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Bangkok sees highest rainfall in 50 years
Publication Date : 26-09-2012
Bangkok residents can expect more downpours and likely flooding over the next few days.
According to the Meteorological Department's forecast, thunderstorms will affect most parts of Bangkok and its adjacent provinces until next Monday. Cloudbursts are expected in many areas too.
Following hour-long downpours, traffic became paralysed in several parts of Bangkok as dozens of roads were swamped. Bangkok's total rainfall this month is already the highest for any month in five decades.
The Bangkok Metropolitan Administration (BMA) has warned residents that it takes several hours for all the water to drain after a heavy downpour. It says the capital's water-drainage system is designed to deal with up to 60 millimetres of rainfall only.
"Please be patient and be |understanding," Deputy Bangkok Governor Wallop Suwandee said yesterday.
He said the BMA had installed pumps at flood-prone spots to |minimise the impact on the public.
He was speaking as Bangkok commuters had to wade through floodwaters in many parts of the |city yesterday, including along Vibhavadi-Rangsit and Ratchadaphisek roads.
Sanya Sheenimit, head of the BMA Drainage and Sewerage Department, said that in just a few hours, 93 millimetres of rain fell on Rama IX Road yesterday.
"The rainfall on Vibhavadi-Rangsit was also really heavy," he said.
Wallop admitted the BMA was now worried about rainfall levels. According to available statistics, total rainfall over the 24-hour period ending at 3pm yesterday was 107mm in Pom Prab district, 133mm in Phya Thai district and 134mm in Huai Khwang district.
Bangkok Governor MR Sukhumbhand Paribatra said the BMA had a plan to construct three more giant water-drainage tunnels in the capital to better prevent flooding.
"Today, we have just one giant tunnel and it can cover 50 square kilometres of area only. Bangkok spans more than 1,600 square km," he said.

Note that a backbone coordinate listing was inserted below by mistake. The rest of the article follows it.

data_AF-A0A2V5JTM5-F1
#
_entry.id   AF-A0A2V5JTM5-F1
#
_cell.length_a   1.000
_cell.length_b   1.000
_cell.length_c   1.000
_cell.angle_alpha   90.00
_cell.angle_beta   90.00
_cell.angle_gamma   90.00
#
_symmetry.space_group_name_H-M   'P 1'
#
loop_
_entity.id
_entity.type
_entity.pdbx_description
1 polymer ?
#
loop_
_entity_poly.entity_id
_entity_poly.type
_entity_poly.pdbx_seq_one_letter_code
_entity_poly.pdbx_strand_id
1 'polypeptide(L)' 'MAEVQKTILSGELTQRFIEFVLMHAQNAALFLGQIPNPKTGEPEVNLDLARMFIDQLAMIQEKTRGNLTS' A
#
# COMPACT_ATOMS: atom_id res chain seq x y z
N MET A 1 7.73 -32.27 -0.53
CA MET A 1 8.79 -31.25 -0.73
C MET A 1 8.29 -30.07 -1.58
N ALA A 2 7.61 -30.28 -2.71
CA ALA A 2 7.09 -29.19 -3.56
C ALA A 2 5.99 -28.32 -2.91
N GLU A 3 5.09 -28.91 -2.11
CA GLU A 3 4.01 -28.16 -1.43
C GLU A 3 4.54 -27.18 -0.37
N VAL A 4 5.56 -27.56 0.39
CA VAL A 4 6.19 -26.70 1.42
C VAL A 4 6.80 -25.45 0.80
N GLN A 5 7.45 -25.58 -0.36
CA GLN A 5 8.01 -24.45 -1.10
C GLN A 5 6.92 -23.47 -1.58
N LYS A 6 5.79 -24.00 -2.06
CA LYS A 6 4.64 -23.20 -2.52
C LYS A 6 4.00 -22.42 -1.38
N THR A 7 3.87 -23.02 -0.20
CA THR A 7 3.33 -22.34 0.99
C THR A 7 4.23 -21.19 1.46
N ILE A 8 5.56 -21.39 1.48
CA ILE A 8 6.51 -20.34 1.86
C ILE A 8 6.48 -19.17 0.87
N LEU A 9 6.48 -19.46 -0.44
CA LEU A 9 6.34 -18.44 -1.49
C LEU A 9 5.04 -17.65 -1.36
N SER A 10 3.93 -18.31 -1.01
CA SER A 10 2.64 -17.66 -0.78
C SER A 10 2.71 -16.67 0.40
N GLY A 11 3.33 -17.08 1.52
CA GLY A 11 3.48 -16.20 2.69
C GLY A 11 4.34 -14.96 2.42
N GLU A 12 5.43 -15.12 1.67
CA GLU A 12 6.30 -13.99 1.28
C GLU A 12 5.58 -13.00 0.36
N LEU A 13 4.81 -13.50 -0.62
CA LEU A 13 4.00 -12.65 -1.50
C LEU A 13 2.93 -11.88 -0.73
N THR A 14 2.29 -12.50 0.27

In a related development, Deputy Government Spokesman Anusorn Iamsa-ard said Prime Minister Yingluck Shinawatra had assigned Deputy Transport Minister Chatchart Sithipan to prepare a plan to solve flooding and traffic problems in Bangkok and its adjacent provinces.
The Chatchart-headed panel is expected to prepare a key strategy by FridaySeptember 28 and present it to the Cabinet at its next meeting.
According to Anusorn, the |strategy includes turning some |government facilities into tem-porary water-retention areas in |the wake of downpours, and adjusting work hours of government officials.
"The chiefs of government agencies in Bangkok and its adjacent provinces may allow their subordinates to leave early if weather forecasts show downpours are coming their way and arrange for substitution work hours later," Anusorn said.
Meanwhile, Phichit province has declared four of its districts as flood disaster-hit zones. These four districts, Sam Ngam, Pho Prathap Chang, Bung Narang and Pho Thale, are located by the Yom River.
In Prachin Buri, the Prachin Buri River overflowed into riverside communities. In Ta Prachum market, floodwater was more than 90 centimetres deep.
In Ranong, the provincial disaster prevention and mitigation office issued a warning of flash floods, overflows, landslides and mudslides.
"Small boats should not put out to sea," said the office's chief, Chaowalit Nitornrat.